What Are ETFs?

The Facts

ETFs are are shares in a pool of assets that mirror a specific index. Indexes track the price changes of different groups of investments. Some well-known indexes are the Dow Jones Industrial Average and the S&P 500. A ETF holds securities to match the securities or changes in an index's value. ETFs trade on the major stock exchanges and are bought and sold just like shares of stock.

History

The first ETF in the United States was the SPDR S&P 500 with the market symbol SPY. SPY started trading in January 1993 to track the S&P 500 index. The SPDRs, pronounced "spiders," were expanded in 1998 with an ETF for each of the nine sectors within the S&P 500. Barclays soon launched the iShares group of ETFs based on the MSCI international and global stock market indexes. Soon ETFs were being developed to follow a wide range of indexes; by 2004 there were 150 ETFs available. By 2009, that number had grown to over 800.

Function

ETFs shares trade on the major U.S. stock exchanges. Retail investors buy and sell shares the same way they would for any stock. New units or shares are created when institutional investors deposit cash to the ETF management company for additional units. Typically, new units are created in blocks of 50,000 shares, which are then sold into the market exchanges. Because ETFs are exchange traded, their prices fluctuate during the day along with the tracked index. This fluctuation allows investors to buy and sell throughout the trading day. This trading versatility is a significant contrast to mutual funds, whose prices are set only once a day after the markets are closed.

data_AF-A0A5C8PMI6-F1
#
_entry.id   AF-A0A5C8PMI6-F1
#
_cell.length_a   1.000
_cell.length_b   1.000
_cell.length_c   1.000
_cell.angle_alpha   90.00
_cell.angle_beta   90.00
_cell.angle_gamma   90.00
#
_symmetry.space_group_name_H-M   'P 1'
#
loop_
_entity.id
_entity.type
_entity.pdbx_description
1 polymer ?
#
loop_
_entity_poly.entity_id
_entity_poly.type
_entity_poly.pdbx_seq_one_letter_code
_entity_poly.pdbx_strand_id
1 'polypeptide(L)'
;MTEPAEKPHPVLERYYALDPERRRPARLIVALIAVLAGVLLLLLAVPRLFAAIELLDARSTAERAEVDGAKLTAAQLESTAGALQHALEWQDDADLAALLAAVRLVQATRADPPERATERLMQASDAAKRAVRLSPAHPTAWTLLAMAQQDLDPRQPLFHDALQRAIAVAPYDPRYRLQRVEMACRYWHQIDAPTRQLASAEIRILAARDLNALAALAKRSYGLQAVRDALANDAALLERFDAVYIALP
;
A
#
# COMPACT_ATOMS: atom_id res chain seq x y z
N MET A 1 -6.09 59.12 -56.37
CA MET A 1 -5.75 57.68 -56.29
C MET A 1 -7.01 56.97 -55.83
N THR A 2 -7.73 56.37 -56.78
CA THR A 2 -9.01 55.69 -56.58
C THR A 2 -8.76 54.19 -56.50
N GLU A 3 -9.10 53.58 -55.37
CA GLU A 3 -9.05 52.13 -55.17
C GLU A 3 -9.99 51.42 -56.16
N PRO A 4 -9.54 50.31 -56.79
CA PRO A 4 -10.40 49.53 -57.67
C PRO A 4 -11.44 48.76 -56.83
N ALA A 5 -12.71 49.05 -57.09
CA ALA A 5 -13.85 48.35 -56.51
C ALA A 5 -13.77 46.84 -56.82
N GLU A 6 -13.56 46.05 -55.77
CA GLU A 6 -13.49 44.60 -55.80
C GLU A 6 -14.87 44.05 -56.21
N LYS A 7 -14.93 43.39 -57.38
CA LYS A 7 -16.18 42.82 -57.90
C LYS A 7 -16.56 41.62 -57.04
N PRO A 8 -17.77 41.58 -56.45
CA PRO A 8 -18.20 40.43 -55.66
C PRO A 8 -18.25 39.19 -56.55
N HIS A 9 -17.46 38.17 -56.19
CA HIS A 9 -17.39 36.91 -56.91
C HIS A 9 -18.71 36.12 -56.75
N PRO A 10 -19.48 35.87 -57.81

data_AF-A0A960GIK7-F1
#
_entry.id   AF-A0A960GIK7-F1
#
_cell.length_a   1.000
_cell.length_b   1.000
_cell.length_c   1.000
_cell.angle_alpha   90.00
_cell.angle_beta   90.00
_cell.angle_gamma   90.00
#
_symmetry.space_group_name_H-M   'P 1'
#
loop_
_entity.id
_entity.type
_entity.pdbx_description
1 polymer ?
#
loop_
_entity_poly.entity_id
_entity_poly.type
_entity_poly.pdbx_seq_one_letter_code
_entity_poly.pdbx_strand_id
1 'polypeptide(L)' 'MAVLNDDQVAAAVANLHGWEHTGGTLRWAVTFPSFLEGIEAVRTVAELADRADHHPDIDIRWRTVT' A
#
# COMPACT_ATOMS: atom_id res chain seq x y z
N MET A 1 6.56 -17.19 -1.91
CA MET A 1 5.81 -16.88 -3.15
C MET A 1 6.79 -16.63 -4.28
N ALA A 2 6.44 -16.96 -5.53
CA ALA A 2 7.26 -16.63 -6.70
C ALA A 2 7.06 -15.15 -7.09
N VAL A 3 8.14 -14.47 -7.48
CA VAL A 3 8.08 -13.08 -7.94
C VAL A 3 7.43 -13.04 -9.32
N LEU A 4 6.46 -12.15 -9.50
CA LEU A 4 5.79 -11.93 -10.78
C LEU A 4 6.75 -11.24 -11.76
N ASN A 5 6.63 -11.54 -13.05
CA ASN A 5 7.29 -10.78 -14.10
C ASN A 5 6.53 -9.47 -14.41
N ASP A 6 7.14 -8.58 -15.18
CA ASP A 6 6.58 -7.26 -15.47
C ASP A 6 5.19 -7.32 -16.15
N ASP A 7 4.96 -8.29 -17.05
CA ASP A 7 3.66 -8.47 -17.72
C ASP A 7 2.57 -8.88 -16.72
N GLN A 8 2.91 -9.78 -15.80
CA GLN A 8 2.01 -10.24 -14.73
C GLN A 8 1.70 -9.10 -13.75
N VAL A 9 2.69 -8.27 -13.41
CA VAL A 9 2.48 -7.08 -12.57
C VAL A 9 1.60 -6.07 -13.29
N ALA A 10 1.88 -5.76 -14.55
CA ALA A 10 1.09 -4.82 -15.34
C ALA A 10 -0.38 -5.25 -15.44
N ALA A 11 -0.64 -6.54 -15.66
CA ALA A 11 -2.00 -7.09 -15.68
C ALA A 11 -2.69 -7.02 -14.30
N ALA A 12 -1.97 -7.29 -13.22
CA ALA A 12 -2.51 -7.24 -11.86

Types

Besides stock market tracking ETFs, EFTs now cover a wide range of investment classes. Some of the popular funds track commodities, such as gold, silver, oil and natural gas. Others cover fixed-income products like government and corporate bonds. The stock market of individual countries such as Russia, China and Brazil have tracking ETFs. ETFs have also been developed to track smaller market sectors such as homebuilders and shipping stocks. A recent development is inverse ETFs, which move in the opposite direction of the target index.

Potential

ETFs allow investors and traders to work in a diverse range of investments with all of the tools of stock market trading. These tools include margin accounts, selling short, limit orders and options. Investors profit from inverse funds when an asset class loses value, without the restrictions of short selling. ETF trading volume is steadily becoming a larger percentage of all stock market volume as investors use them to invest with or against the overall market trends.